Many University of Delhi (DU) colleges are holding classes in open ground and also in batches to ensure physical distancing as a majority of students have started attending physical lectures after the varsity reopened after a two-year hiatus enforced by Covid .
The colleges also regularly provide counseling to students dealing with psychological issues to help them adapt to the new environment.
Delhi University reopened last Thursday and students are showing up in large numbers. The universities of applied sciences expect even more students in the coming days.
However, the return of a large number of students poses problems in adhering to the Covid protocols. In addition, instances of physiological problems have risen among college students, according to college directors.
With this, the universities of applied sciences make an effort to ensure that students receive high-quality education and that their health is not endangered.
“We are trying to follow all Covid protocols. With large numbers of students coming, it is difficult to maintain social distancing. There is also a problem of overcrowding. Social distancing is impossible, but we have strict adherence to mask wearing and other protocols,” Hindu College Principal Anju Shrivastava told PTI.
As the colleges open after a two-year hiatus, Shrivastava believes it will take time for things to settle down.
“Students are still arriving. It will take time to fully open up and we are working on that. We hope to settle in soon. We have to prioritize everything – from classes to the cafeteria to the hostel. All things must be taken into account,” she noted.
Meanwhile, Ramjas College director Manoj Khanna noted that the level of anxiety among students is very high.
“Suddenly psychological problems have risen among students. The anxiety level in college students is very high among college students. We refer them to advisers’, he says.
He claimed that it is quite difficult to maintain social distancing on campus.
“Our infrastructures are not designed to accommodate all students, so we take classes in batches. We cannot place students in isolation. Although we try to maintain social distancing in class, students meet outside and it is very difficult to force them to maintain social distancing,” he added.
The colleges have said that they make sure that the students receive proper guidance.
The director of Guru Tegh Bahadur Khalsa College, Jaswinder Singh, said: “We have trained advisers. We offer guidance to students. The counselor comes twice a week. But if there are urgent cases, we pass on the telephone number of the supervisor to the students.”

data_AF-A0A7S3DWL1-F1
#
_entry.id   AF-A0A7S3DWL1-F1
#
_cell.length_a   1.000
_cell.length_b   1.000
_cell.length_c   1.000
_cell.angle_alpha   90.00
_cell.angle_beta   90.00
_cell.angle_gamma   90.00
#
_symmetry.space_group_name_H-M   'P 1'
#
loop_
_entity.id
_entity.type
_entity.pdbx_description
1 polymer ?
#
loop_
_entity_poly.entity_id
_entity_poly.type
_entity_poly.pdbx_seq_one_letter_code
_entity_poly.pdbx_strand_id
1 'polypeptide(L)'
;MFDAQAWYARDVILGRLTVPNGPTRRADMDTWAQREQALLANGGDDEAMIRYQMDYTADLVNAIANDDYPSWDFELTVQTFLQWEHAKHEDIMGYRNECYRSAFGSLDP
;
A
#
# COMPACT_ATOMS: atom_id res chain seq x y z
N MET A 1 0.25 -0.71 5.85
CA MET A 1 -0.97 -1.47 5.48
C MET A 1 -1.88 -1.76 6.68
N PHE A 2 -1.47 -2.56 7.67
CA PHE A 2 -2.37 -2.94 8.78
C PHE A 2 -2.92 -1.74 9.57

To avoid overcrowding, some teachers also take classes in open ground. “We have given the freedom to sit outside to hold classes in the open air. Several teachers are taking open classes,” said the head of the Hindu school.
Bijayalaxmi Nanda, director of Miranda House, said the priority is to provide students with a full college experience, keeping in mind that their health will not be compromised.
“We suggest that the college has open ground as transmission is less when they are out in the open. We make sure they go outside and into the classroom when we ask them to open doors and windows. We see to it that they wear masks,” she said.
The school principal also announced that the college is launching a new welfare scheme for this year to provide financial assistance to students experiencing financial difficulties.
“We are also in the business of providing study support to students, such as providing living expenses. Next week we will make a list of students who needed social support and will provide it to them as the cost of living in the city may have increased,” she said.
“Besides the fair, this is the new thing we’re starting with, which won’t be available until this year. On this basis, financial aid will be given to students in need. Depending on the need, an amount will be provided to the students as welfare support during this period,” she added.